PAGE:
Cheese Bread Rolls

Cheese Bread Rolls

Cheese bread is a Brazilian type of roll essentially made with cheese, tapioca starch, eggs, milk and oil. These little beauties are originally from the state of Minas Gerais located in the south-eastern part of Brazil. Minas Gerais is one of the leading producers of cheese in the country and is where many of the typical Brazilian cheeses were invented. For example, Minas cheese is a type of fresh cheese with mild and salty taste, and a rubbery texture. It is appreciated in the morning with some fresh bread or as dessert with either guava paste (which is called Romeo and Juliet) or with dollops of dulce de leche. Prato cheese, which is yellow and sharp in taste, was created in the 20s and its recipe is inspired in the Danish cheeses Dambo and Tybo and the Dutch Gouda and is commonly sold in brick shapes. The production of the soft Catupiry started in 1911 and is a cheese that is added to many popular recipes like ‘prawns in tomato sauce with catupiry‘, ‘chicken with catupiry‘, ‘catupiry pizza’ or ‘catupiry and chicken fritter’ (coxinha). The cheese culture of the estate of Minas Gerais resulted in the creation of many recipes with cheese including these rolls. They are extremely popular in Brazil and eaten any time of the day: for breakfast with a cup of coffee, as a mid-morning or afternon tea snack. In many restaurants it is served as an appetiser with dips. Cheese bread rolls are also found anywhere you go in Brazil. In bakeries they are freshly baked on a daily basis and usually it is possible to find more than one type of cheese bread. In the supermarkets many types of cheese bread are sold...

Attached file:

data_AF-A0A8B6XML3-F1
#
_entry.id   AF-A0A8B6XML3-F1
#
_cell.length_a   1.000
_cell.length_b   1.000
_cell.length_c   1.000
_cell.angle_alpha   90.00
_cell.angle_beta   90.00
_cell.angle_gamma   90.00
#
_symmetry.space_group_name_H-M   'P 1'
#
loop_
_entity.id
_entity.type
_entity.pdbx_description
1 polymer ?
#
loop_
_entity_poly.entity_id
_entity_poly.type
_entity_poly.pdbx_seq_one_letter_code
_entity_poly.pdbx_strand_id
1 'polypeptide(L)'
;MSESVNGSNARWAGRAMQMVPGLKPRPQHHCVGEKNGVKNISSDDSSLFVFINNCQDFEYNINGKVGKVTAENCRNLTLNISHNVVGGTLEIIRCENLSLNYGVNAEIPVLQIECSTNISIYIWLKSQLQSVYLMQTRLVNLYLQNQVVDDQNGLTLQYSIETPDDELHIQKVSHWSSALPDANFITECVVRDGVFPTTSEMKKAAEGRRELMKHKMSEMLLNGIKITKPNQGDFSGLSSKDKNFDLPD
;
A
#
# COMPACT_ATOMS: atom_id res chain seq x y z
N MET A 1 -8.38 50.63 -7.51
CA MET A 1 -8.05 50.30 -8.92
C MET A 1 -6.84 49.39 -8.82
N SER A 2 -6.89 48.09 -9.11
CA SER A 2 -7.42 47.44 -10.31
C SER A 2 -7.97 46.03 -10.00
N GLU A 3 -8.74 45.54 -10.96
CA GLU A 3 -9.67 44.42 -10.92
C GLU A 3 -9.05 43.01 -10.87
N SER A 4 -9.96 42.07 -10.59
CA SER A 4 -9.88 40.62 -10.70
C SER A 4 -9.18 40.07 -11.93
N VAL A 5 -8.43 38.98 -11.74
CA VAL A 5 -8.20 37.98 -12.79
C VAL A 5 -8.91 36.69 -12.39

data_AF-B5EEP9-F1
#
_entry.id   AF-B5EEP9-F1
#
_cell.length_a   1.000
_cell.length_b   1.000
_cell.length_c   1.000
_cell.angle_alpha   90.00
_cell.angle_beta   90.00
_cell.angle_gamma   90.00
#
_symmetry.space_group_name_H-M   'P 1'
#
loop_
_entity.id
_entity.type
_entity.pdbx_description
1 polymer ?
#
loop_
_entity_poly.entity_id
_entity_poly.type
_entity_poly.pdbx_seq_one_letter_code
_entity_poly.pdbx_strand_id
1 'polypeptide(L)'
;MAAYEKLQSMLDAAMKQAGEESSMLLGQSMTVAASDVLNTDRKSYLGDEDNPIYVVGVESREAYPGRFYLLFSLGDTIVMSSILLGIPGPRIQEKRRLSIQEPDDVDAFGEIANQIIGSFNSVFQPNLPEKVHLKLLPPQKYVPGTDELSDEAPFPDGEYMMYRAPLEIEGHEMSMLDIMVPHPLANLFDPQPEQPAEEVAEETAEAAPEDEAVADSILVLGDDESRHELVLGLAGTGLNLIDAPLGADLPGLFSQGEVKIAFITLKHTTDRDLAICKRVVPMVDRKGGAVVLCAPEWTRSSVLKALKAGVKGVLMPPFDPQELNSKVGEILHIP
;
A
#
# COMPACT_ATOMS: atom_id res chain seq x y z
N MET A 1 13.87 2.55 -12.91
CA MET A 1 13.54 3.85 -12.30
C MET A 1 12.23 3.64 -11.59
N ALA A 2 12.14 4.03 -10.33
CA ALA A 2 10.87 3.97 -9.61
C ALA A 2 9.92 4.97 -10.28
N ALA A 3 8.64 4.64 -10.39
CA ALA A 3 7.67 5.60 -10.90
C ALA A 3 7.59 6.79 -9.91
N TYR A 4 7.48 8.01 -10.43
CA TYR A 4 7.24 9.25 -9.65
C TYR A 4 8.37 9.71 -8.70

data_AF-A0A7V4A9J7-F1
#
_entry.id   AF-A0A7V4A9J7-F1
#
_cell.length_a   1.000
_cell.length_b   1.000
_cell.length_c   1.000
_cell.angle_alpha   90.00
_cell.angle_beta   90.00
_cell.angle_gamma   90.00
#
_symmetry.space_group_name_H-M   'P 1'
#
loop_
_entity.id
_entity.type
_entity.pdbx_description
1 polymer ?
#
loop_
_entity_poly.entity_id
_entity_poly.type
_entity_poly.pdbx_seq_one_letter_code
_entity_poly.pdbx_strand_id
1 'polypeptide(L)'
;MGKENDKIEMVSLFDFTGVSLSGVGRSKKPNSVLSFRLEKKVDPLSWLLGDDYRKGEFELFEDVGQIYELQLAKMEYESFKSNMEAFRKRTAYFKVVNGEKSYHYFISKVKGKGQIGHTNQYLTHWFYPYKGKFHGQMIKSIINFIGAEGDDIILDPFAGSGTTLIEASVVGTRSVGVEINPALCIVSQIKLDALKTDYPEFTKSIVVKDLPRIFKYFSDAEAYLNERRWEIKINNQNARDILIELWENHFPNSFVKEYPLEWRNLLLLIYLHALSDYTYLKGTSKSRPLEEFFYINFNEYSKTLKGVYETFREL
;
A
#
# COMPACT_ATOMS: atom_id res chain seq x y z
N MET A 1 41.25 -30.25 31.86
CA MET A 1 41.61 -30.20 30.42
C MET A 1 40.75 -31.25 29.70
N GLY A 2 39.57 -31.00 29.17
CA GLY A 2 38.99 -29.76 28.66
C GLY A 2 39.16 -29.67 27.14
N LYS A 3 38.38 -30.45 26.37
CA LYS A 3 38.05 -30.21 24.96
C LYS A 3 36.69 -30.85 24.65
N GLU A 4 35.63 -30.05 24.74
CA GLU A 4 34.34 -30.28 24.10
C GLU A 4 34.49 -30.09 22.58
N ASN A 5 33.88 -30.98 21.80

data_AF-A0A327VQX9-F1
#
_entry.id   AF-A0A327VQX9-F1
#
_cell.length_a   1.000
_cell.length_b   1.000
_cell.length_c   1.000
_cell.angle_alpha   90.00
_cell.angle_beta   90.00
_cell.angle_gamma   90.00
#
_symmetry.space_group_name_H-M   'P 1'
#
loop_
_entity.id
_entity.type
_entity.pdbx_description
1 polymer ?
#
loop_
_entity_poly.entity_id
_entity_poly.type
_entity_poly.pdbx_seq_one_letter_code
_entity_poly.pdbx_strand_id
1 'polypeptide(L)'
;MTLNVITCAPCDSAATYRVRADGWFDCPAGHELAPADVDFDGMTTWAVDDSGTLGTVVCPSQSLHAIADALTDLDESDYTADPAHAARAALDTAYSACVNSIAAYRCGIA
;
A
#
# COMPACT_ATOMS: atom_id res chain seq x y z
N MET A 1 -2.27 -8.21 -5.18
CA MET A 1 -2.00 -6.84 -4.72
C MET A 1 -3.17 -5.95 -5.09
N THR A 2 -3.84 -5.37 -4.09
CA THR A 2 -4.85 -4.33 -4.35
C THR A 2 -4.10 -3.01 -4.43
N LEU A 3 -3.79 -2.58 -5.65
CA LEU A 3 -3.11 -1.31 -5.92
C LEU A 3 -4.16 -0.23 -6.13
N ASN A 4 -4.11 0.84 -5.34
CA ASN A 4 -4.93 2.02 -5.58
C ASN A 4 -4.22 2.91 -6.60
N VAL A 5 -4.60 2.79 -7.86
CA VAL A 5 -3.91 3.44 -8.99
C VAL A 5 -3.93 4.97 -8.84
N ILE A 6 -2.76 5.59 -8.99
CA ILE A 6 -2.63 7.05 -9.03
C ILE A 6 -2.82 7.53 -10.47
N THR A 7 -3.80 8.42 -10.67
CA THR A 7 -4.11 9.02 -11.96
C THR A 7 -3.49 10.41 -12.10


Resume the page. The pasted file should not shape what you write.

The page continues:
Potato and Cheese Buns

Potato and Cheese Buns

What can I say about these little buns apart that they are so soft that simply melt in the mouth? Slightly sweet, once you bite into them, you are surprised by the slightly salty cheese that is hidden in the centre, which is almost part of the dough itself.  This cheese is called  Catupiry is a mild soft type of cheese that was invented over a century ago and is part of Brazil’s food industry history. Catupiry is a Tupi-Guarani word that means excellent and no wonder Brazilians love it. Over the years many recipes were created to include this cheese with some of them now being considered classic Brazilian dishes. This bun is one of them, but since it is not possible to find Catupiry in Australia (yet!) I replaced it with soft goat’s cheese.  Catupiry can also be replaced by other soft mild cheeses such as Port Salut. They are sold in bakeries all over Brazil and are the perfect snack to eat at any time of the day or an accompaniment for light meals such as soups and green salads. Eat them preferably warm straight out of the oven or re-heat for a few seconds in the microwave just before serving.  Ingredients  400 g all purpose potatoes, peeled and roughly chopped 2 cups (500 ml) milk 1 ½ cups (300 g) plain flour 1 tbs baking powder 1 tbs sugar 1 tbs unsalted butter 1 egg, beaten 120g soft goat’s cheese, chilled Egg Wash 1 egg yolk 1 tbs milk  Instructions  1. Place the potatoes, milk and a pinch of salt in a medium saucepan over high heat and bring it to the boil. Turn the heat to low and simmer for...